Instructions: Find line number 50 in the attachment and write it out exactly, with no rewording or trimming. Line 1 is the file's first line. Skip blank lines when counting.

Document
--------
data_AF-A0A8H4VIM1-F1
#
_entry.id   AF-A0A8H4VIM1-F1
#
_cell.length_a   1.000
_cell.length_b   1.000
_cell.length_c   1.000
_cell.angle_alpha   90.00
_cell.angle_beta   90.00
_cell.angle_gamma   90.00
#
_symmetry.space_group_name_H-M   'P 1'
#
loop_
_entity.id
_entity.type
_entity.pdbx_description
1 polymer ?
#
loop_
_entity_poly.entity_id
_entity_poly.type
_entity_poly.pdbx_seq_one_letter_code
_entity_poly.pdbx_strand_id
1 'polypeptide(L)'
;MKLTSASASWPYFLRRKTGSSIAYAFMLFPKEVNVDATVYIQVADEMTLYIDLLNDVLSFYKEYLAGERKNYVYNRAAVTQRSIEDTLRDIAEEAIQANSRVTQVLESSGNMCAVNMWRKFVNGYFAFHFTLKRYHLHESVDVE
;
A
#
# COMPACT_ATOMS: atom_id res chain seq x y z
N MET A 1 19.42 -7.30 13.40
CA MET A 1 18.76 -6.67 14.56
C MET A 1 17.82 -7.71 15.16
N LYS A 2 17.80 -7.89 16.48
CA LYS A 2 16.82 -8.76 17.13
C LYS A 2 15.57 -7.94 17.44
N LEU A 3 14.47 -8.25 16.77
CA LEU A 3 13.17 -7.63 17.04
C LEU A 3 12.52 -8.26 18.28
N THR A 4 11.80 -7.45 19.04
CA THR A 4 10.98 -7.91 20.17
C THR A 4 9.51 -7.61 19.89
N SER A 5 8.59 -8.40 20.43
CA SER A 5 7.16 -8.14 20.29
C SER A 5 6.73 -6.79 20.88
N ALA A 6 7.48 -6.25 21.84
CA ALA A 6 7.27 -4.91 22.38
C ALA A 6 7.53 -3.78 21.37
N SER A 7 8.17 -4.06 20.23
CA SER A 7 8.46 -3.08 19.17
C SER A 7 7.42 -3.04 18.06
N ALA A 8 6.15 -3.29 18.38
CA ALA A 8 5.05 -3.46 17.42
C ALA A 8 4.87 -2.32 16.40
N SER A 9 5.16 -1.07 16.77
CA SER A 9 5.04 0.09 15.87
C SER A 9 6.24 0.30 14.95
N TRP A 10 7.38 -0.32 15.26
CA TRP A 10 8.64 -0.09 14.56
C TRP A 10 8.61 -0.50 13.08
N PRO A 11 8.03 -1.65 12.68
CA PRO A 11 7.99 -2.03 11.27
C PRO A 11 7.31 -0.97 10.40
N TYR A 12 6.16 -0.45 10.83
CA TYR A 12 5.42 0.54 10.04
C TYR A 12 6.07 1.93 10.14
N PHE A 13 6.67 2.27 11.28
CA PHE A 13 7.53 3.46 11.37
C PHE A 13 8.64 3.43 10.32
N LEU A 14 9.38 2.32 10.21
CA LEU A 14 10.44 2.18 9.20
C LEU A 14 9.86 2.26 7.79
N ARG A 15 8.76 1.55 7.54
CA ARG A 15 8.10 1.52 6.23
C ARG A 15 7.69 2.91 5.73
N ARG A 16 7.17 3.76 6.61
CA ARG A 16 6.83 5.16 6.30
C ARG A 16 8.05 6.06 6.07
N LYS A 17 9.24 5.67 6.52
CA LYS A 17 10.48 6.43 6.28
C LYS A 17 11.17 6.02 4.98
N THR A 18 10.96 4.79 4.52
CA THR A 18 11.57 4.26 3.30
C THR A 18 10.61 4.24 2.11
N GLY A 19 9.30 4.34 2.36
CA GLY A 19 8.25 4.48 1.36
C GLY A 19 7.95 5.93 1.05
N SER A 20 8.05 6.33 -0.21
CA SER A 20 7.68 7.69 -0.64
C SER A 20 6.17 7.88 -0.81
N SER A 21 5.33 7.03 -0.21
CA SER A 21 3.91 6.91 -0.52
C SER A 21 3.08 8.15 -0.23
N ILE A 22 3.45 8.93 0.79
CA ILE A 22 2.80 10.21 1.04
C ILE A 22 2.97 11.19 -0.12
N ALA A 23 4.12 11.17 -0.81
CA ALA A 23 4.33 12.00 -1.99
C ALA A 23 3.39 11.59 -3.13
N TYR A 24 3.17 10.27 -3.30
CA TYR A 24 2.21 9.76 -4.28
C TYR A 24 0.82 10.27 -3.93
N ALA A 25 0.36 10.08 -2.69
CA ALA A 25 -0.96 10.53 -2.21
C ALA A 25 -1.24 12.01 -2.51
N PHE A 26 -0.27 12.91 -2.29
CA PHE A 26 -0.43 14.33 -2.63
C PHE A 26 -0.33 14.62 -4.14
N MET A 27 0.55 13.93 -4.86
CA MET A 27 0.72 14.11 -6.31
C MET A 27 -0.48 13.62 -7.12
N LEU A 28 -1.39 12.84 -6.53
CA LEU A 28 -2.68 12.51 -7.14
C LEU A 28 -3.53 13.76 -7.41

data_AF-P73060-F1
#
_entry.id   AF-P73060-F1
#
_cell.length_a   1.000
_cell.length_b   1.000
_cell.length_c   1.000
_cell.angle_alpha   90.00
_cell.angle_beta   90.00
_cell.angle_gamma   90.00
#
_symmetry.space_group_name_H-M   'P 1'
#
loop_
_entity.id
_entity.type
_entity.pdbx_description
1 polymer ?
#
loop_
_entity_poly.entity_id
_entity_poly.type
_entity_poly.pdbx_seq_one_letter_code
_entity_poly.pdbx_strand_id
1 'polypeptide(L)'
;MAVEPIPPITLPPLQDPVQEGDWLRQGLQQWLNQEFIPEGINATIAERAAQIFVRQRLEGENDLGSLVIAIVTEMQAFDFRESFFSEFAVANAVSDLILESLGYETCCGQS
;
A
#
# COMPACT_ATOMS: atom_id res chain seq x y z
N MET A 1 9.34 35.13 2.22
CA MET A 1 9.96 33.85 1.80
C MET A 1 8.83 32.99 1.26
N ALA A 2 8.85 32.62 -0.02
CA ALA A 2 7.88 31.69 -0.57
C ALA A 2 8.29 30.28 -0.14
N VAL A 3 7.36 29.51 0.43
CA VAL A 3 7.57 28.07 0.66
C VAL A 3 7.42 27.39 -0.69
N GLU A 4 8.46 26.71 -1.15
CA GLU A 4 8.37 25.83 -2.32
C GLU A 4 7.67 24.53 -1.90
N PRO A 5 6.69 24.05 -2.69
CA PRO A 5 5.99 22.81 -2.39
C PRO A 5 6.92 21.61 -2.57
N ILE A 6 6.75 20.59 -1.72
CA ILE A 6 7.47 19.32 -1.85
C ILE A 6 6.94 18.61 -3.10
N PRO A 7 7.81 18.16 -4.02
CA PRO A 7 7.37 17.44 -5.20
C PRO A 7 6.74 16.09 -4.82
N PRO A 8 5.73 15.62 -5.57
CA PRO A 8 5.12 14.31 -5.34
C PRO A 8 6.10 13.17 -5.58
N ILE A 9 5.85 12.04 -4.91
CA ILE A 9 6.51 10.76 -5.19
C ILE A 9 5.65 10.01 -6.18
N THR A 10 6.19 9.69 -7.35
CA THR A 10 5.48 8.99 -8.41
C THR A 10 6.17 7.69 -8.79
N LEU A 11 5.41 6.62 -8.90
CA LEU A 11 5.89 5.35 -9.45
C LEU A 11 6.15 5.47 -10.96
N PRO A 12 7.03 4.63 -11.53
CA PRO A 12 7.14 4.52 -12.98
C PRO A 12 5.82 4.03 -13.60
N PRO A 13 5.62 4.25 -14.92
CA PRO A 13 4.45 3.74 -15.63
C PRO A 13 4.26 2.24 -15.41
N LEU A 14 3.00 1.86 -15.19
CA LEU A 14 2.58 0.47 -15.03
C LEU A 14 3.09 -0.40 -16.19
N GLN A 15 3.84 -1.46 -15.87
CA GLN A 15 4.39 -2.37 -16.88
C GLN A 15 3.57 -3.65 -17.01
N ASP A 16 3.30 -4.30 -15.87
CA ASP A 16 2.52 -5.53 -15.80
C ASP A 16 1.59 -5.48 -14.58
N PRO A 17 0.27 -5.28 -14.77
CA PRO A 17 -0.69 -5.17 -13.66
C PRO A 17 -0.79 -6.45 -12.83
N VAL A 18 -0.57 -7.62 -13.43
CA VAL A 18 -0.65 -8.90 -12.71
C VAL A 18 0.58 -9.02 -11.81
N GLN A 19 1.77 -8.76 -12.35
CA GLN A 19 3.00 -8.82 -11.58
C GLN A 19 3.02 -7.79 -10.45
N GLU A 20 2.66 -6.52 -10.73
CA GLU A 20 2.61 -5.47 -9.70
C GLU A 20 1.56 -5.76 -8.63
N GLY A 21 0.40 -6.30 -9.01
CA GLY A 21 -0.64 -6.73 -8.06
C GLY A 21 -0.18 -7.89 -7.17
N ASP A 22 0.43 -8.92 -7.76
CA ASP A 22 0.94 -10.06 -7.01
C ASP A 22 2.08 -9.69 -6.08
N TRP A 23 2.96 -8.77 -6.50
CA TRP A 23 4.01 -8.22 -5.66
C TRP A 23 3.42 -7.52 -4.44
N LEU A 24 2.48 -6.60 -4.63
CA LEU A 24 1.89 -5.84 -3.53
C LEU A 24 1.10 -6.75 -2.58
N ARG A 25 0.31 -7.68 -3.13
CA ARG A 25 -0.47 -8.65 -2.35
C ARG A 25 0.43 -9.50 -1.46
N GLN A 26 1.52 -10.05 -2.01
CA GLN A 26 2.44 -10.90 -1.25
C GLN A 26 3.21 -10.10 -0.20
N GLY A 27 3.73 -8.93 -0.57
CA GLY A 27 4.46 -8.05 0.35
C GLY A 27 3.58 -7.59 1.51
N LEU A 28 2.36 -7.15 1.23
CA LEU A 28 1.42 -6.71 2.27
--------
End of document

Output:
CA SER A 7 8.46 -3.08 19.17